From the moment the title card appears, changed to fit the new historical period and accompanied by some classic eerie sci-fi music, I knew I was in for a good time. And yes, this season is still suffering from a few flaws – mainly, that the exposition is often, though not always, delivered through straight-up monologues of boring, nonsensical information that never fail to stop a dramatic scene in its tracks – but the good far outweighs the bad this week. The episode, titled Alien Commies From The Future!, leans heavily into comedy and has no problem poking a little fun at itself, or the tropes commonly associated with the 50’s. Sleek, “All-American” diners in the middle of the desert; the threat of “Stalinites”; CIA coverups. It’s all there, and it all works.

Agents Of S.H.I.E.L.D.
Phil Coulson and Jemma Simmons | tvline.com

Phil Coulson (Clark Gregg) and Jemma Simmons (Elizabeth Henstridge) are, both surprisingly and unsurprisingly, the comedic MVP’s of the week – it’s surprising because they rarely ever get paired up with each other, but it’s also unsurprising because whenever they do, they have brilliant banter. Do you remember the scene on the train all the way back in season one, when they pretended to be a father and daughter on vacation? The scenes they share in this episode have shades of that hilarious interaction.

But the drama and the social commentary, though subtler, is handled surprisingly well. In particular, there’s a scene in which Coulson is rambling excitedly about all the great things happening in the 50’s, only to have his teammate Daisy Johnson (Chloe Bennet) shut him down with a gesture toward the back of the aforementioned diner, where it’s hard to miss the signs indicating segregated bathrooms. Race relations come up again later in the episode, when the Agents of S.H.I.E.L.D. capture a Department of Defense official for interrogation, only to discover he’s a nasty bigot and is more threatened by the idea of spilling secrets to a Black man than he is by the thought of betraying his country. So they send in Deke Shaw (Jeff Ward), who, after some grumbling about “stupid white privilege”, does in fact weasel information out of the prisoner. The prisoner in question is released by the end of the episode, and gets his just desserts – running, screaming, through the desert and rambling about communist aliens.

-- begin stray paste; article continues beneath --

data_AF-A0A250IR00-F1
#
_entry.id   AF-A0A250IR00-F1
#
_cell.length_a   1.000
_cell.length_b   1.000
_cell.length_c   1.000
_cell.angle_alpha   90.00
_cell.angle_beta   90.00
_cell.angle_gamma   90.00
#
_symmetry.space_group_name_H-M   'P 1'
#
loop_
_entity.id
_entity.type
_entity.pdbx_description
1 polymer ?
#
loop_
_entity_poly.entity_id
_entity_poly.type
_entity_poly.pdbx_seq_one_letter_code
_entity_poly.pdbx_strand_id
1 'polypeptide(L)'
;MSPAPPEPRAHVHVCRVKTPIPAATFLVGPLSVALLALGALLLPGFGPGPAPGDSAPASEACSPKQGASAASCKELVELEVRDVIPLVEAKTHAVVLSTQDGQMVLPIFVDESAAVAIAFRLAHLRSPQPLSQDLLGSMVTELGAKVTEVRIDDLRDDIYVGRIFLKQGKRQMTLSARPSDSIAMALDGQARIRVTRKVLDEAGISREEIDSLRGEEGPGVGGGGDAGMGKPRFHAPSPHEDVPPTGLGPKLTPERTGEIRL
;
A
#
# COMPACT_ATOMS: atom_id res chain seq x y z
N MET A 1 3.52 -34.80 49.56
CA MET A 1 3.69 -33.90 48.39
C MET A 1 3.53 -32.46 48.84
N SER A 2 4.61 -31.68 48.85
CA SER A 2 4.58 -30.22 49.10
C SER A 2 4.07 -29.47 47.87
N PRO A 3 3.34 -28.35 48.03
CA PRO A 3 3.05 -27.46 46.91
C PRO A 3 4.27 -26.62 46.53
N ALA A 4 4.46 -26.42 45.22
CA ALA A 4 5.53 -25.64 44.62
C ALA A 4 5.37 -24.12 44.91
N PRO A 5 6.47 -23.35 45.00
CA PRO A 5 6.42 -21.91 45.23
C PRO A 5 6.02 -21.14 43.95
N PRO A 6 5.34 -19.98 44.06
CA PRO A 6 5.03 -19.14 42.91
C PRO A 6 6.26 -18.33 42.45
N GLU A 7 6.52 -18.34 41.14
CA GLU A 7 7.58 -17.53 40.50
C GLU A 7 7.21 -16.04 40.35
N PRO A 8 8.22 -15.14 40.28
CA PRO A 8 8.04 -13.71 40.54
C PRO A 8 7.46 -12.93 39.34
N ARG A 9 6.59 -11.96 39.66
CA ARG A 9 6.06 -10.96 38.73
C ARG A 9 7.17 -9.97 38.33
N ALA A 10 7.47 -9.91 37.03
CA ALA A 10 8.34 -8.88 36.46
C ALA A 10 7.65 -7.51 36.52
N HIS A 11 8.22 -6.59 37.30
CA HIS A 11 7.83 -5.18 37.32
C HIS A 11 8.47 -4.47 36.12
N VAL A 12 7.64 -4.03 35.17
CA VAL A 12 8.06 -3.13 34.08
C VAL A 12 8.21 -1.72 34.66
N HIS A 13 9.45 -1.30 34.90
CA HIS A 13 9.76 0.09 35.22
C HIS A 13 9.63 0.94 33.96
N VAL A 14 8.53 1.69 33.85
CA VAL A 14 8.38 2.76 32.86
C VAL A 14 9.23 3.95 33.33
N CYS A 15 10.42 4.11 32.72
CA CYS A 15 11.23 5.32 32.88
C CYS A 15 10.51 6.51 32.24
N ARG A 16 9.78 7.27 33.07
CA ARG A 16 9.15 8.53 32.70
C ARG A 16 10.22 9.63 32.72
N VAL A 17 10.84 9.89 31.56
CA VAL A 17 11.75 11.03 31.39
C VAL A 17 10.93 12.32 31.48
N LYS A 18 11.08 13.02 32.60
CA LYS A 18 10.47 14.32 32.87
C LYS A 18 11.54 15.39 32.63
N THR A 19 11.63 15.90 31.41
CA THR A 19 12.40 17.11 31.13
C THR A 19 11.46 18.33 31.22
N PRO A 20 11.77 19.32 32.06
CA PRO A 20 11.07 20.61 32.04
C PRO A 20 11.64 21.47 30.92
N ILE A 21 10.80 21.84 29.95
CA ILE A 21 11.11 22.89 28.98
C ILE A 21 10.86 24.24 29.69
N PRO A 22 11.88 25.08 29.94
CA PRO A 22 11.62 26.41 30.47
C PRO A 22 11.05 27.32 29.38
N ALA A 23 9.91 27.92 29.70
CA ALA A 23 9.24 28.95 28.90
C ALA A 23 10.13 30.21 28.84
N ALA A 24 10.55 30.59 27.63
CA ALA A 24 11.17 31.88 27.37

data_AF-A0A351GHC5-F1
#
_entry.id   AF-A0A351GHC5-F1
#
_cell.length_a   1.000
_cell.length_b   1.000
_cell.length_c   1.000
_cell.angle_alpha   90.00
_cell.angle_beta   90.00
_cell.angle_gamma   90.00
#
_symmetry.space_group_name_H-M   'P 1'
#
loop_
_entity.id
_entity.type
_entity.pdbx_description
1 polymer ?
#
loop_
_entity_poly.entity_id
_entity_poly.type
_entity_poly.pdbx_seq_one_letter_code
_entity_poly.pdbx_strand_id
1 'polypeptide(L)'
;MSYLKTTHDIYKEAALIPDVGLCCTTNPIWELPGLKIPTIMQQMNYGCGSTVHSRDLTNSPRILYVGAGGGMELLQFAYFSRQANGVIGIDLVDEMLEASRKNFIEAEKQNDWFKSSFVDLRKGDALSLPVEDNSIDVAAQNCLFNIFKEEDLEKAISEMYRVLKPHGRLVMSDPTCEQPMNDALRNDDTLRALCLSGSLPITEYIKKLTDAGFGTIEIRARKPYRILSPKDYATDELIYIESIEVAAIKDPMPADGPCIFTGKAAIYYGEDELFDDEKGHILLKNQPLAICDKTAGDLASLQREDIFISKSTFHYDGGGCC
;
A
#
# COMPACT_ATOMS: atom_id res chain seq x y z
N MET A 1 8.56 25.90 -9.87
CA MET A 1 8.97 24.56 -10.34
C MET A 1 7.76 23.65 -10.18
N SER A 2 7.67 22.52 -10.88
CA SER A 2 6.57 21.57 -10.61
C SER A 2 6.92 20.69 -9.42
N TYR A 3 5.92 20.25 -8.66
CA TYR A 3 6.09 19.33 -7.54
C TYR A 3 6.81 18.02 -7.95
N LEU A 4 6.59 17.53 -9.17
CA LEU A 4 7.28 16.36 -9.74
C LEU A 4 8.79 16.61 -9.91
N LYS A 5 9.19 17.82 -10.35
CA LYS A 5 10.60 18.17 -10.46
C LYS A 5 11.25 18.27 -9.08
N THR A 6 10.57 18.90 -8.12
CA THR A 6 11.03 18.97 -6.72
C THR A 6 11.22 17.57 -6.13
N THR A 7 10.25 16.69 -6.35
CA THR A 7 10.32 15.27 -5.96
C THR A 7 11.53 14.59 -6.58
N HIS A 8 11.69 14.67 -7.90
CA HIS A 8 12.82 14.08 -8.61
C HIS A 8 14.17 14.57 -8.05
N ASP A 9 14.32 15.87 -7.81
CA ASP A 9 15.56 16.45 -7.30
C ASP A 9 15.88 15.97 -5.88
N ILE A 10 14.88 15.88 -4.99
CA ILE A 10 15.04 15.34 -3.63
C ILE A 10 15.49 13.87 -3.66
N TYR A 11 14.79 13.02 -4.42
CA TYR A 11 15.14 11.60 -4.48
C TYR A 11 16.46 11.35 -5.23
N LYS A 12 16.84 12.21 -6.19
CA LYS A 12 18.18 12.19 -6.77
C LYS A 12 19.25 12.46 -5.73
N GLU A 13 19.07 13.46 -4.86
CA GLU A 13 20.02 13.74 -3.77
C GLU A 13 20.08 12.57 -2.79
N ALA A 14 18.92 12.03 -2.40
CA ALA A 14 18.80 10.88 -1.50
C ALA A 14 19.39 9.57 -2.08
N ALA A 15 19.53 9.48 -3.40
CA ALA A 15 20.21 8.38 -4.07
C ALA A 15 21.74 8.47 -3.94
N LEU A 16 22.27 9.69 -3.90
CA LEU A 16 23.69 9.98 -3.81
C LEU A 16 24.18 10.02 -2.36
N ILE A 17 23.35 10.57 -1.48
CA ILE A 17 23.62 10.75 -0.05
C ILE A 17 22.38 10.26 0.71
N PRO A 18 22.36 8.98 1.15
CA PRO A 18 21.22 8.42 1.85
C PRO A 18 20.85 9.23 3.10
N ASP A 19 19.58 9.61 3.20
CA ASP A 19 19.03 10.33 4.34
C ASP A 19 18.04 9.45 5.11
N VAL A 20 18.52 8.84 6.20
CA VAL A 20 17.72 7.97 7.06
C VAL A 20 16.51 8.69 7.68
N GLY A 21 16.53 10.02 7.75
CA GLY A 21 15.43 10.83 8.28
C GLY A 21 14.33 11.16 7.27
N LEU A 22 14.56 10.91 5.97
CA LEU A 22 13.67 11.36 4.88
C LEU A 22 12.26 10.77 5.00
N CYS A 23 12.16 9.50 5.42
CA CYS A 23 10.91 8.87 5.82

Agents Of S.H.I.E.L.D.
Daniel Sousa | newsbreak.com

On a more personal note, there’s drama and comedy to be found in the interactions between Simmons¬†and one Daniel Sousa (Enver Gjokaj). Simmons, in order to infiltrate Area 51 undetected, riskily disguises herself as none other than Director Of S.H.I.E.L.D. Peggy Carter, only to run into Sousa, Carter’s former work partner and post-Steve Rogers love interest. Though I would have liked to have seen Carter turn up in the flesh (and there were rumors that she would, or perhaps still could), Simmons frantically trying to keep her cool as she figures out that Sousa isn’t buying her disguise is possibly just as good a scenario. Sousa doesn’t have very much to actually do in the episode – his role is limited to following the Agents around and trying to figure out who’s working for what – but it’s nice to see him reprise the role he had on the short-lived Agent Carter series. Next week’s episode will apparently also star Sousa, as the Agents Of S.H.I.E.L.D. have to decide whether or not to save him from HYDRA assassins.